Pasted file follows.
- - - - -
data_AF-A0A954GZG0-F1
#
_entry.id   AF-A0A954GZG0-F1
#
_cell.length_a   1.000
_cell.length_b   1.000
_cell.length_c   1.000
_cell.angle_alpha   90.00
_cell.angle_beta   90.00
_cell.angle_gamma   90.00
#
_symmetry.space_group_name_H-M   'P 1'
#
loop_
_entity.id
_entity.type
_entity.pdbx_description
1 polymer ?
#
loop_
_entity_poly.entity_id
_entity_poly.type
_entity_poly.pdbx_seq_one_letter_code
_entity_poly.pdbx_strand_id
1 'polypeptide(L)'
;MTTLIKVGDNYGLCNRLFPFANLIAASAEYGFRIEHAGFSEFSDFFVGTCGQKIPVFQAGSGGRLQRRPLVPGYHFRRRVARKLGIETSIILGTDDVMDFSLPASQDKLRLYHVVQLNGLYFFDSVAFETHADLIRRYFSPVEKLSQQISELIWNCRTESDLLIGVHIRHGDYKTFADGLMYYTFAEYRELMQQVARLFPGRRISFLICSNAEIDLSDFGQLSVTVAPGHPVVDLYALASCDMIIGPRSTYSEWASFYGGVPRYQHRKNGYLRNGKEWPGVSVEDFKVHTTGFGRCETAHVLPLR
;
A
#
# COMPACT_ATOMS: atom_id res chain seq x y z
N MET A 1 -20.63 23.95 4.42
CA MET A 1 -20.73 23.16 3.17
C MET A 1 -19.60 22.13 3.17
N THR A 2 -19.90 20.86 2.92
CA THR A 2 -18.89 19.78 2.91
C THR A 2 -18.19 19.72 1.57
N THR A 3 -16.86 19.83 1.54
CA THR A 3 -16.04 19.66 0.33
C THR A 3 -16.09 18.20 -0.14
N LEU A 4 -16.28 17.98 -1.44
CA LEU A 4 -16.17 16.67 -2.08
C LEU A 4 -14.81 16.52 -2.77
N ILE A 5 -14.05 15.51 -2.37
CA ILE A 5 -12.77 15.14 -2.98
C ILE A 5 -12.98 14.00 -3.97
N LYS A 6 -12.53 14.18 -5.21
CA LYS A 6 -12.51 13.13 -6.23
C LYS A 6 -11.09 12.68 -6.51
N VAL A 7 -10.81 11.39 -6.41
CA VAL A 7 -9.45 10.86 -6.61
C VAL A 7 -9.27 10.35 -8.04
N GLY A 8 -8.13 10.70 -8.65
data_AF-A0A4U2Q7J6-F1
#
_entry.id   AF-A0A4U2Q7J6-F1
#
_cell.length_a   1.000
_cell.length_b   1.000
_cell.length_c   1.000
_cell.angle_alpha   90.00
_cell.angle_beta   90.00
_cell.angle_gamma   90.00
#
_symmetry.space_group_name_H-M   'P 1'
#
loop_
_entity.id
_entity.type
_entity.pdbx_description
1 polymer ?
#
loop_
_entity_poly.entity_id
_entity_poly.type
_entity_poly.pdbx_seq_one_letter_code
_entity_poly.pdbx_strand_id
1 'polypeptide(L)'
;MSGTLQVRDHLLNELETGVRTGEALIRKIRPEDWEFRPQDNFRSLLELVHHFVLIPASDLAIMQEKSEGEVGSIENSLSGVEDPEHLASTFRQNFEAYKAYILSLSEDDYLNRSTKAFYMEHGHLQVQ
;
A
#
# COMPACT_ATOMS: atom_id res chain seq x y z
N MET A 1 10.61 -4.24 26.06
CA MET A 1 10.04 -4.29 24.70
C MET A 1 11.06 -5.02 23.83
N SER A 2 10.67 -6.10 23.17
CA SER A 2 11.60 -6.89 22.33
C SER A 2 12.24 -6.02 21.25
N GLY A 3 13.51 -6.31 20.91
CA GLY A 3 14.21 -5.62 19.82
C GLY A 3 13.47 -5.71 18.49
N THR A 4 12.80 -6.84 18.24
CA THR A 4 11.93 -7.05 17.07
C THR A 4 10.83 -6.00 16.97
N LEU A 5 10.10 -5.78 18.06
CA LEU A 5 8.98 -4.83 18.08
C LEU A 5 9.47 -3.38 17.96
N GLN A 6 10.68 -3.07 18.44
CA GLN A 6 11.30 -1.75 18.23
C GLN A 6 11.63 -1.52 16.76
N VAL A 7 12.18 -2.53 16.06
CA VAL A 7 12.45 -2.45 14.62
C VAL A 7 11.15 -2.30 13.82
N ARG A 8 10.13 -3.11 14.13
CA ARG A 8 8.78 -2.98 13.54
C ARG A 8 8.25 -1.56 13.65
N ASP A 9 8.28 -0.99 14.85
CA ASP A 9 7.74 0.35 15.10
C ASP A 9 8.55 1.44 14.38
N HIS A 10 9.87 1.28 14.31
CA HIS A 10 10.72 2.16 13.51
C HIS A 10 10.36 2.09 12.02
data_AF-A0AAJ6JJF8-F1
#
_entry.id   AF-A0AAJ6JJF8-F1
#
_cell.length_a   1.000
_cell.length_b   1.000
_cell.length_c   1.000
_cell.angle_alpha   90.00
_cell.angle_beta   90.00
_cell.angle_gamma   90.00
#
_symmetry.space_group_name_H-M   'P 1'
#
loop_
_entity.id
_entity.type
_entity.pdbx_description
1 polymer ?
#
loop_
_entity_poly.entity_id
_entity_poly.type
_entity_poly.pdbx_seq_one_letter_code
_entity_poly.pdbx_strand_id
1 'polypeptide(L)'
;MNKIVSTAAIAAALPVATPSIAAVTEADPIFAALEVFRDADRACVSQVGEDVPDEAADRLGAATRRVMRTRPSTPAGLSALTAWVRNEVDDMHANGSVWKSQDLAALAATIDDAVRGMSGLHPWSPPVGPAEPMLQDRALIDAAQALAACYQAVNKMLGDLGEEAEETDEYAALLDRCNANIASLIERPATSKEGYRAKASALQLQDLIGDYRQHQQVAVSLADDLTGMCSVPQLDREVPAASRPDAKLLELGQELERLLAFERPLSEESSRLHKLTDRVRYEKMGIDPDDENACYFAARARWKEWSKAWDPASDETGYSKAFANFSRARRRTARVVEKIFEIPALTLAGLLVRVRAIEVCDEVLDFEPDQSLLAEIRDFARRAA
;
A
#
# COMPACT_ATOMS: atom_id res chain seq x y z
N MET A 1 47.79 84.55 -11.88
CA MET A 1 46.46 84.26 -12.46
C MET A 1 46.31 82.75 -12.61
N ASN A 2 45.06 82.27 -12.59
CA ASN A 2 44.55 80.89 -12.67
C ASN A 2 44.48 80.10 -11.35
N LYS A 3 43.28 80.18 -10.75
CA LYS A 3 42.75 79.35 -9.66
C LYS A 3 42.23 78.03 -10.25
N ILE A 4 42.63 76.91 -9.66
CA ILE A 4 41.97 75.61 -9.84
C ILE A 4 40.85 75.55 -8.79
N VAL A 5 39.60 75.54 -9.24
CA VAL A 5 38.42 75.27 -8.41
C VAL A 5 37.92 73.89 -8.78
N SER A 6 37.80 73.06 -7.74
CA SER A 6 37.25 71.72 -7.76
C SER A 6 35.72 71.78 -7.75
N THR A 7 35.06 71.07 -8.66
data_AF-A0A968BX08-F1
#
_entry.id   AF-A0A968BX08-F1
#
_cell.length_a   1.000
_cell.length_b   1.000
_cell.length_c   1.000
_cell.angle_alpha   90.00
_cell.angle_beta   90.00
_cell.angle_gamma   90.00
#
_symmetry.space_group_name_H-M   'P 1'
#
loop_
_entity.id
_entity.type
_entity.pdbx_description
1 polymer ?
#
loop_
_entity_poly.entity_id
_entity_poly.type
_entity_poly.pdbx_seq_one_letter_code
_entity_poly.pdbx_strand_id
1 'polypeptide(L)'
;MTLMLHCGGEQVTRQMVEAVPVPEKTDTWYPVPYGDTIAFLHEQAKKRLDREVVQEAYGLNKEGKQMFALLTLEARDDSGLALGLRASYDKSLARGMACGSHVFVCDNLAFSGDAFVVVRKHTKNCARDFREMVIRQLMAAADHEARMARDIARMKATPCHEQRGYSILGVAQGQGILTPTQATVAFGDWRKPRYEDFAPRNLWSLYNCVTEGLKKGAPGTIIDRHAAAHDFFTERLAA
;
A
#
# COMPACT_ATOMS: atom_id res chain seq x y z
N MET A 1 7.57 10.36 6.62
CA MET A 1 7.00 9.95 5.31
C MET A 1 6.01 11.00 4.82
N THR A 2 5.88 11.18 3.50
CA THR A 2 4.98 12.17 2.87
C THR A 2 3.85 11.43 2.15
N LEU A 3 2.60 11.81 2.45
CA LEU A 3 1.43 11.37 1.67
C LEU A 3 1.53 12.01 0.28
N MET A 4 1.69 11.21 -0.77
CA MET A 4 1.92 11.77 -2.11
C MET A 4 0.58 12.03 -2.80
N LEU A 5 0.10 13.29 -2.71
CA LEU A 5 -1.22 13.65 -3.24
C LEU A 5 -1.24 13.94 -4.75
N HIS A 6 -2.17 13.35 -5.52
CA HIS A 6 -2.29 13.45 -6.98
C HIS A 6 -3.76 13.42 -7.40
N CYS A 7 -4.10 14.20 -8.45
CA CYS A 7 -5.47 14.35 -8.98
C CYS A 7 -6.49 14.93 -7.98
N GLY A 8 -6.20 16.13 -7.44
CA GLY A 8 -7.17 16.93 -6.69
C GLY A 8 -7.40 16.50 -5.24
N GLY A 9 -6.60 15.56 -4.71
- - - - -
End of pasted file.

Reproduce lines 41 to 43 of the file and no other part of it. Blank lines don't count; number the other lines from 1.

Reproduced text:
CA LEU A 4 -16.17 16.67 -2.08
C LEU A 4 -14.81 16.52 -2.77
N ILE A 5 -14.05 15.51 -2.37